Two Soviet-era engines are used in the Antares first stage, along with Russian-supplied tanks and plumbing. The engines were extensively refurbished and modernized by Aerojet Rocketdyne and extensively tested before launch. It is not yet known whether one of the engines malfunctioned or whether some other system triggered the rocket's destruction.

The RD-180 is a much more powerful engine, chalking up 50 successful launches in a row including Wednesday's flight. But the use of Russian propulsion technology in U.S. rockets that launch high-priority national security payloads has generated concern in some quarters as tensions between the United States and Russia have escalated in the wake of the crisis in Ukraine.

ULA recently announced plans to work with Blue Origin, a company owned by Amazon-founder Jeff Bezos, to build a replacement engine for the Atlas 5 and Aerojet Rocketdyne has proposed another variant that could be built in the same timeframe. But a new engine is years away from flying and until then, the Atlas 5 will continue to rely on the RD-180 to boost it out of the dense lower atmosphere.

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A dramatic view from a camera mounted on the second stage of the Atlas 5 showing the spent first stage dropping away high above the Atlantic Ocean.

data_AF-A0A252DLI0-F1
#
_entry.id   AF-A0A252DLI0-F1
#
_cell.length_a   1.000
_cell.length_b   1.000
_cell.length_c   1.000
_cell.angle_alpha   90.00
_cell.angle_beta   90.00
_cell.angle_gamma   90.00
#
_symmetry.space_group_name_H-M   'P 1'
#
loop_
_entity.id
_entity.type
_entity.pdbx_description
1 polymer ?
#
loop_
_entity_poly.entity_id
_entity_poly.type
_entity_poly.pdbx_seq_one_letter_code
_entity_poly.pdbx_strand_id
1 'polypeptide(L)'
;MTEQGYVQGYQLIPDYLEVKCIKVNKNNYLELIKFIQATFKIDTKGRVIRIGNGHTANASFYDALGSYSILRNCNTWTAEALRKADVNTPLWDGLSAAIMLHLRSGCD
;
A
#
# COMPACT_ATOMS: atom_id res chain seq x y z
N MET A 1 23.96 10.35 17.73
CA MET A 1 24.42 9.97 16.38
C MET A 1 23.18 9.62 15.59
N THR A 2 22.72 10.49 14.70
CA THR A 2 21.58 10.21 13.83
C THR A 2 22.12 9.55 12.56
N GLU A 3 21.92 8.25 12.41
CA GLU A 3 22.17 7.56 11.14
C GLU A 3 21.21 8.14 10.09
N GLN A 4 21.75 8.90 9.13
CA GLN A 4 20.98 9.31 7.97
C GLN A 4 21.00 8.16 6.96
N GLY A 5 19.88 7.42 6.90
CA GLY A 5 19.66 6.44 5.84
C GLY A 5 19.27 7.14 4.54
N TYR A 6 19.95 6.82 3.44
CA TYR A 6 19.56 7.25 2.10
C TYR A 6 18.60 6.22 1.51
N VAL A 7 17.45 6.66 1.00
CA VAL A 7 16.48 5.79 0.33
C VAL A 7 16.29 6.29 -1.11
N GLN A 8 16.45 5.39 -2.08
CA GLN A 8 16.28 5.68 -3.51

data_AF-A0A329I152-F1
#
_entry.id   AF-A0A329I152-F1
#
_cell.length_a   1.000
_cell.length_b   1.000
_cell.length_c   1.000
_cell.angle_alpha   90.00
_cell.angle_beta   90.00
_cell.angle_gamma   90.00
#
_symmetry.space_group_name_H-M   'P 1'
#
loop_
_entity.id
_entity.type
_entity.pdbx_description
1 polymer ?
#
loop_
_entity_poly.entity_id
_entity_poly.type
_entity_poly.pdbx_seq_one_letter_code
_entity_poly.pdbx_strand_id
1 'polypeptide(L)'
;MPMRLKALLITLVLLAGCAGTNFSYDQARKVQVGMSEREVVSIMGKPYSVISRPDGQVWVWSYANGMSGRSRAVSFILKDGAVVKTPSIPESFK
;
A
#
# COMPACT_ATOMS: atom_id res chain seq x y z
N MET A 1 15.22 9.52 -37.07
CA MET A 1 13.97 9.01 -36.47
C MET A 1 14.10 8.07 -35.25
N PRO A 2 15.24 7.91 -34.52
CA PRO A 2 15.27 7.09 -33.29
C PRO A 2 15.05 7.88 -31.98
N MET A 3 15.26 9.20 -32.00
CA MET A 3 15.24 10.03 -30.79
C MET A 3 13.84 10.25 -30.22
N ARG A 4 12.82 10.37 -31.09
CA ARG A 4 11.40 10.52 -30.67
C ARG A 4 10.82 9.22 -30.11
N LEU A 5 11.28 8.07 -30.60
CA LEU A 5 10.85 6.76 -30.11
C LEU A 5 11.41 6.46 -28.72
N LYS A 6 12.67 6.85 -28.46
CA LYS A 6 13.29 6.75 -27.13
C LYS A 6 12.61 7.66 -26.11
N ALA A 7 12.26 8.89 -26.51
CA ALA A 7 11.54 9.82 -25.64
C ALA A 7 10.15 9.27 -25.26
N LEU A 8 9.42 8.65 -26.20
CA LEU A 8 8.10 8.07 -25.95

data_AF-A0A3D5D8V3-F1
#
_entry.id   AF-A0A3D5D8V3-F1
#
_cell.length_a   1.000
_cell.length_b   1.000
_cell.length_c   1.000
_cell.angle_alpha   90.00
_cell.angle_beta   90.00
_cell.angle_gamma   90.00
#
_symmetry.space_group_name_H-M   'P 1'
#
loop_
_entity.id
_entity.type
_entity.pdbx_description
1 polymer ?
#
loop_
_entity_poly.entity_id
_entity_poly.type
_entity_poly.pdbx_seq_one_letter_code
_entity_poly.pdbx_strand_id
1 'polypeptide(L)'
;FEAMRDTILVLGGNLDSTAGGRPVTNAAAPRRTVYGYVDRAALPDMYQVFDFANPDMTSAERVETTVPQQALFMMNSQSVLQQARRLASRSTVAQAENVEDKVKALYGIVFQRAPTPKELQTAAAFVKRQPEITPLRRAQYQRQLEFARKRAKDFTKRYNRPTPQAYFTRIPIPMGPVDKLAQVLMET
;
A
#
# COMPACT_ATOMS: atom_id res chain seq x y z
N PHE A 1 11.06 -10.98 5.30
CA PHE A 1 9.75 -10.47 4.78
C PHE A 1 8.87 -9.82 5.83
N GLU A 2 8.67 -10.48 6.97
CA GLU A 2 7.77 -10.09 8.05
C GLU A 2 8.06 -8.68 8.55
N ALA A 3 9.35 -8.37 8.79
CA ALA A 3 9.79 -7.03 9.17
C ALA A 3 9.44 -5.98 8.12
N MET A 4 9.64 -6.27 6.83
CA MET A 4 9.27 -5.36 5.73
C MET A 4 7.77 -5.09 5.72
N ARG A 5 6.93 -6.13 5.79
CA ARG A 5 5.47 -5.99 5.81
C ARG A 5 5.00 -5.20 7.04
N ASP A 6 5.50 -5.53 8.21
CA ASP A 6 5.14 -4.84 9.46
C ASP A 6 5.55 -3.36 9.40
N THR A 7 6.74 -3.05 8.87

ULA

The GPS satellite launched Wednesday is the eighth of 12 state-of-the-art "block 2" navigation satellites built by Boeing that provide ultra precise position, elevation and velocity data using improved on-board atomic clocks that are twice as accurate as earlier versions. The new satellites also feature improved anti-jamming technology, along with a civilian "L5" signal for use by commercial aviation and to aid search and rescue operations.

"The improved capabilities of the GPS 2F satellite continues the legacy of delivering global positioning, navigation and timing services," Col. Bill Cooley, director of the Air Force's Global Positioning System Directorate, said in a pre-launch briefing.

"We have a legacy to be very proud of, and we will continue to live up to our commitments by sustaining and enhancing GPS mission capabilities to ensure we continue to deliver a healthy, stable and robust GPS constellation for users around the world."